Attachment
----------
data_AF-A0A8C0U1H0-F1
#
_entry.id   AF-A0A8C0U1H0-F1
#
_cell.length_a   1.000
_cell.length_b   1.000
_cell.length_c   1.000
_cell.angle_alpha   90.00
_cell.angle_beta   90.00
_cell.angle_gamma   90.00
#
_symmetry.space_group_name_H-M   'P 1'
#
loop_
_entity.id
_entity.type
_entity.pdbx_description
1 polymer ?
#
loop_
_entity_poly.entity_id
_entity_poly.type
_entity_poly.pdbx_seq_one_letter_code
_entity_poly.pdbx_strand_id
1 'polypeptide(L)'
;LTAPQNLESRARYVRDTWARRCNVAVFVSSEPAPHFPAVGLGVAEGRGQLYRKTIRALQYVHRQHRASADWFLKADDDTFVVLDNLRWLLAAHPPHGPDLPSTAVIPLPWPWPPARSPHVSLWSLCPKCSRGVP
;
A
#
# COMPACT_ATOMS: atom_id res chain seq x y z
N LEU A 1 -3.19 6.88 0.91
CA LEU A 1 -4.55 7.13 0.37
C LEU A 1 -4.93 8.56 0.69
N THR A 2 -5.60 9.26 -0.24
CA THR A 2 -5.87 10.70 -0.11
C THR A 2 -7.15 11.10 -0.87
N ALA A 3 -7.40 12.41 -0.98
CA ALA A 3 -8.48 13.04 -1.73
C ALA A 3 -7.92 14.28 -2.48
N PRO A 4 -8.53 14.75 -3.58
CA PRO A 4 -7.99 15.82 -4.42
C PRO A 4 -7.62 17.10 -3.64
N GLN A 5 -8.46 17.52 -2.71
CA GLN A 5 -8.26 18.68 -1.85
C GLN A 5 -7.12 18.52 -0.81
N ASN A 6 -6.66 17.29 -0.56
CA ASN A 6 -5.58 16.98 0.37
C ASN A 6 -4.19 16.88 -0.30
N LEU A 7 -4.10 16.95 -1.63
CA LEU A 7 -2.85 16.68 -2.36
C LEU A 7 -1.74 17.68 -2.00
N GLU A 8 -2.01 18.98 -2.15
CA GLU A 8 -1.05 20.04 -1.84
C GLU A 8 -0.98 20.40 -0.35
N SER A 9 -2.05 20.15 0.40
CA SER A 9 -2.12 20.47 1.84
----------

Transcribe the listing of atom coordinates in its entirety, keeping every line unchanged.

data_AF-A0A8C0U1H0-F1
#
_entry.id   AF-A0A8C0U1H0-F1
#
_cell.length_a   1.000
_cell.length_b   1.000
_cell.length_c   1.000
_cell.angle_alpha   90.00
_cell.angle_beta   90.00
_cell.angle_gamma   90.00
#
_symmetry.space_group_name_H-M   'P 1'
#
loop_
_entity.id
_entity.type
_entity.pdbx_description
1 polymer ?
#
loop_
_entity_poly.entity_id
_entity_poly.type
_entity_poly.pdbx_seq_one_letter_code
_entity_poly.pdbx_strand_id
1 'polypeptide(L)'
;LTAPQNLESRARYVRDTWARRCNVAVFVSSEPAPHFPAVGLGVAEGRGQLYRKTIRALQYVHRQHRASADWFLKADDDTFVVLDNLRWLLAAHPPHGPDLPSTAVIPLPWPWPPARSPHVSLWSLCPKCSRGVP
;
A
#
# COMPACT_ATOMS: atom_id res chain seq x y z
N LEU A 1 -3.19 6.88 0.91
CA LEU A 1 -4.55 7.13 0.37
C LEU A 1 -4.93 8.56 0.69
N THR A 2 -5.60 9.26 -0.24
CA THR A 2 -5.87 10.70 -0.11
C THR A 2 -7.15 11.10 -0.87
N ALA A 3 -7.40 12.41 -0.98
CA ALA A 3 -8.48 13.04 -1.73
C ALA A 3 -7.92 14.28 -2.48
N PRO A 4 -8.53 14.75 -3.58
CA PRO A 4 -7.99 15.82 -4.42
C PRO A 4 -7.62 17.10 -3.64
N GLN A 5 -8.46 17.52 -2.71
CA GLN A 5 -8.26 18.68 -1.85
C GLN A 5 -7.12 18.52 -0.81
N ASN A 6 -6.66 17.29 -0.56
CA ASN A 6 -5.58 16.98 0.37
C ASN A 6 -4.19 16.88 -0.30
N LEU A 7 -4.10 16.95 -1.63
CA LEU A 7 -2.85 16.68 -2.36
C LEU A 7 -1.74 17.68 -2.00
N GLU A 8 -2.01 18.98 -2.15
CA GLU A 8 -1.05 20.04 -1.84
C GLU A 8 -0.98 20.40 -0.35
N SER A 9 -2.05 20.15 0.40
CA SER A 9 -2.12 20.47 1.84